6. Purchase tools and emergency supply materials such as shovels, sandbags and plastic sheeting and keep them handy and accessible.
7. Does your family have a Disaster Plan and a Disaster Supply Kit for your home and each of your vehicles? Form an evacuation plan. The key to surviving a flood, or any disaster, is learning the safest route away from your home to a safe area, in case you need to evacuate in a hurry. Prepare a cache of emergency supplies including food, water, fresh batteries, flashlights and portable radios in good working order, matches, firewood, fuel, prescriptions and a first aid kit. Advice on what your Disaster Plan should look like and what to include in your Disaster Supply Kits can be found on the Inyo County-Office of Emergency Services webpage. Visit http://www.inyocounty.us/OES/emergency_planning_and_disaster_supplies.htm for more tips and information on Emergency Planning and Disaster Supplies.
8. Do you know what the flood risk is for your property? Visit the following California Department of Water Resources (CDWR) webpage at
a. http://www.water.ca.gov/floodsafe/ca-flood-preparedness/fpw_home.cfm. Click on the link to enter your address location and find out what your risk level is.
9. Review your home insurance policy. Does it include flood insurance? Flood insurance is not always required, or typically included, in home policies. Read the fine print! Don’t wait until the last minute and the storm is bearing down on you. Most insurance companies have a 30 day waiting period before the flood policy will go into effect. Californians living in areas with any risk of flooding should purchase flood insurance through the National Flood Insurance Program (NFIP) immediately. Learn more at https://www.floodsmart.gov/floodsmart/.
10. Make an itemized list of personal property which includes clothing, furnishings and valuables. Take photographs of your home, both inside and out, and store them in a safe place. This will help an insurance adjuster to settle any claims and to help prove uninsured losses. Don’t rely on federal disaster assistance to pay for damages. The Federal Emergency Management Agency (FEMA) typically provides assistance in the form of low interest loans, not as compensation for losses. For more information on flood-related resources, please visit the National Flood Insurance Program website at https://www.fema.gov/national-flood-insurance-program.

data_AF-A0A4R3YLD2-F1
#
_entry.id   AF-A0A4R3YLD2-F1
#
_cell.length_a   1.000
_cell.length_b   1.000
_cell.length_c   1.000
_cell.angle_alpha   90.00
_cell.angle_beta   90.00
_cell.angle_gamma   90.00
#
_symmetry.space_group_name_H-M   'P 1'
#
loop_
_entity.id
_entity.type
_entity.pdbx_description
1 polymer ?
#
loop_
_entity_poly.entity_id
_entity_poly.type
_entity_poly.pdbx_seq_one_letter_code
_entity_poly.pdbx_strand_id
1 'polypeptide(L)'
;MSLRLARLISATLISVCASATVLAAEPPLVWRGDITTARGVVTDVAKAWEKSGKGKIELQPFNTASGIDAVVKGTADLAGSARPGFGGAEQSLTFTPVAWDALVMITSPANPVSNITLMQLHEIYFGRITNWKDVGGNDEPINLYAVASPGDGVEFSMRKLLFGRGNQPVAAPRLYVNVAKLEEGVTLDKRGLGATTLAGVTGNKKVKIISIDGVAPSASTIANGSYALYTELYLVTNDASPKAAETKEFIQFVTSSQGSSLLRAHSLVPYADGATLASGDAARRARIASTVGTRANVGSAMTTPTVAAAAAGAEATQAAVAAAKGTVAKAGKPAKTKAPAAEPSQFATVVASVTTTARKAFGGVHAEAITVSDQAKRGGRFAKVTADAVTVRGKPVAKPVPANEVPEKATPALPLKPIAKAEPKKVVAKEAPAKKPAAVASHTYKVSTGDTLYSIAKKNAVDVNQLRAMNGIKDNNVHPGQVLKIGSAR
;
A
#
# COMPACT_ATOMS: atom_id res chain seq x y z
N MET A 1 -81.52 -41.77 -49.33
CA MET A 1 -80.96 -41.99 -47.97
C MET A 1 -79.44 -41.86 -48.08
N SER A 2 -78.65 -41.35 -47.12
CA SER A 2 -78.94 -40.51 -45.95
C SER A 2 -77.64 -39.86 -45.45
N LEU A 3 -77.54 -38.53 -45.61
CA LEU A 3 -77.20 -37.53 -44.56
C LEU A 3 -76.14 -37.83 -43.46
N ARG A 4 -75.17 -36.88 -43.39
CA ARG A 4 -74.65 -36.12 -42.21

11. And finally…..BE PROACTIVE AND BE INFORMED! Track predicted storms on the National Oceanic Atmospheric Administration (NOAA) website at http://www.noaa.gov/ and plan your travel and outdoor activities accordingly.
Remember, during emergency events such as severe storms and flooding, emergency workers may be responding to incidents all over the 10,000 square miles that make up Inyo County. It’s important that all residents and businesses take steps to be prepared and self-sufficient in the event of an emergency.
For more information on flooding risks and preparedness, check out the following link: http://www.ready.gov/floods.
District Attorney releases identity of Inyo County Jail inmate who passed away on Christmas Eve.
By Seth Conners
According to Inyo County District Attorney Tom Hardy, the inmate who passed away at the Inyo County Jail on December 24th, was 46 year old Theresa Hooper of Bishop. Ms. Hooper had been serving a sentence for misdemeanor offenses at the time of her death.
An autopsy was conducted on December 30th, by a medical examiner from the office of the Orange County Coroner in Santa Ana, California. The cause of death has not been established, pending the completion of toxicological tests. Results from these tests may not be received for several weeks. The medical examiner verbally reported to the District Attorney Investigator that there were no signs of physical trauma.
While the investigation remains ongoing, it still appears that no foul play was involved in MS. Hoopers tragic death.
Further updates will be provided when additional information is available.